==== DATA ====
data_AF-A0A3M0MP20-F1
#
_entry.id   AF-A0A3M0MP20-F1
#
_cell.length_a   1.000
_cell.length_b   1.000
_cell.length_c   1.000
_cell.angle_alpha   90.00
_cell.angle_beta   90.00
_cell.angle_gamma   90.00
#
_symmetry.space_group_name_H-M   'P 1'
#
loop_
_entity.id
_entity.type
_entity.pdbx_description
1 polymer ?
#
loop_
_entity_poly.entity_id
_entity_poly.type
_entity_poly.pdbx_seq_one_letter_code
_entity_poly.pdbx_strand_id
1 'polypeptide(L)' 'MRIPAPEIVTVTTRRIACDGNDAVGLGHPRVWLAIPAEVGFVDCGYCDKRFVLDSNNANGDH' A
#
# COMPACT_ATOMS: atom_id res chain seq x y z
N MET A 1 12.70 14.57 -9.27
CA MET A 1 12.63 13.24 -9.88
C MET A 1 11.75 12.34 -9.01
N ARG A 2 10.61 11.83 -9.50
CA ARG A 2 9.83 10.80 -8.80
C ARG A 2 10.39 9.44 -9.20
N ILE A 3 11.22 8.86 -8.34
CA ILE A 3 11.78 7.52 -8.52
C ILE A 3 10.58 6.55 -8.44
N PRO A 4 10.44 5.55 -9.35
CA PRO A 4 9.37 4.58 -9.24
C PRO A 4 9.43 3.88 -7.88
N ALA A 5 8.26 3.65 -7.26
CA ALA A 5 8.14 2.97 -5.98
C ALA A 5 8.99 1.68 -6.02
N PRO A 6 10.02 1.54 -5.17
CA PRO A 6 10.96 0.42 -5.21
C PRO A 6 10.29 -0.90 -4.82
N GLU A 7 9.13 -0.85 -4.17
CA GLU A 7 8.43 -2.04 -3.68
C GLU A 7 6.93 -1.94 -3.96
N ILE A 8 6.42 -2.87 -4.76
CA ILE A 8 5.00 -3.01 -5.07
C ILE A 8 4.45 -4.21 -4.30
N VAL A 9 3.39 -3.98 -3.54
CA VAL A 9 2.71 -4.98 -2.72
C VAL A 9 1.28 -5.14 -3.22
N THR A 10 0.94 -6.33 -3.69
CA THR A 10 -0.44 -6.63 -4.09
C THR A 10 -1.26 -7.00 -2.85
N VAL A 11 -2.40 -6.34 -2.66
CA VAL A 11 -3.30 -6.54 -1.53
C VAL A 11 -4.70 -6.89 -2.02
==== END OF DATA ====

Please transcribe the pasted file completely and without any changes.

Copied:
data_AF-A0A3M0MP20-F1
#
_entry.id   AF-A0A3M0MP20-F1
#
_cell.length_a   1.000
_cell.length_b   1.000
_cell.length_c   1.000
_cell.angle_alpha   90.00
_cell.angle_beta   90.00
_cell.angle_gamma   90.00
#
_symmetry.space_group_name_H-M   'P 1'
#
loop_
_entity.id
_entity.type
_entity.pdbx_description
1 polymer ?
#
loop_
_entity_poly.entity_id
_entity_poly.type
_entity_poly.pdbx_seq_one_letter_code
_entity_poly.pdbx_strand_id
1 'polypeptide(L)' 'MRIPAPEIVTVTTRRIACDGNDAVGLGHPRVWLAIPAEVGFVDCGYCDKRFVLDSNNANGDH' A
#
# COMPACT_ATOMS: atom_id res chain seq x y z
N MET A 1 12.70 14.57 -9.27
CA MET A 1 12.63 13.24 -9.88
C MET A 1 11.75 12.34 -9.01
N ARG A 2 10.61 11.83 -9.50
CA ARG A 2 9.83 10.80 -8.80
C ARG A 2 10.39 9.44 -9.20
N ILE A 3 11.22 8.86 -8.34
CA ILE A 3 11.78 7.52 -8.52
C ILE A 3 10.58 6.55 -8.44
N PRO A 4 10.44 5.55 -9.35
CA PRO A 4 9.37 4.58 -9.24
C PRO A 4 9.43 3.88 -7.88
N ALA A 5 8.26 3.65 -7.26
CA ALA A 5 8.14 2.97 -5.98
C ALA A 5 8.99 1.68 -6.02
N PRO A 6 10.02 1.54 -5.17
CA PRO A 6 10.96 0.42 -5.21
C PRO A 6 10.29 -0.90 -4.82
N GLU A 7 9.13 -0.85 -4.17
CA GLU A 7 8.43 -2.04 -3.68
C GLU A 7 6.93 -1.94 -3.96
N ILE A 8 6.42 -2.87 -4.76
CA ILE A 8 5.00 -3.01 -5.07
C ILE A 8 4.45 -4.21 -4.30
N VAL A 9 3.39 -3.98 -3.54
CA VAL A 9 2.71 -4.98 -2.72
C VAL A 9 1.28 -5.14 -3.22
N THR A 10 0.94 -6.33 -3.69
CA THR A 10 -0.44 -6.63 -4.09
C THR A 10 -1.26 -7.00 -2.85
N VAL A 11 -2.40 -6.34 -2.66
CA VAL A 11 -3.30 -6.54 -1.53
C VAL A 11 -4.70 -6.89 -2.02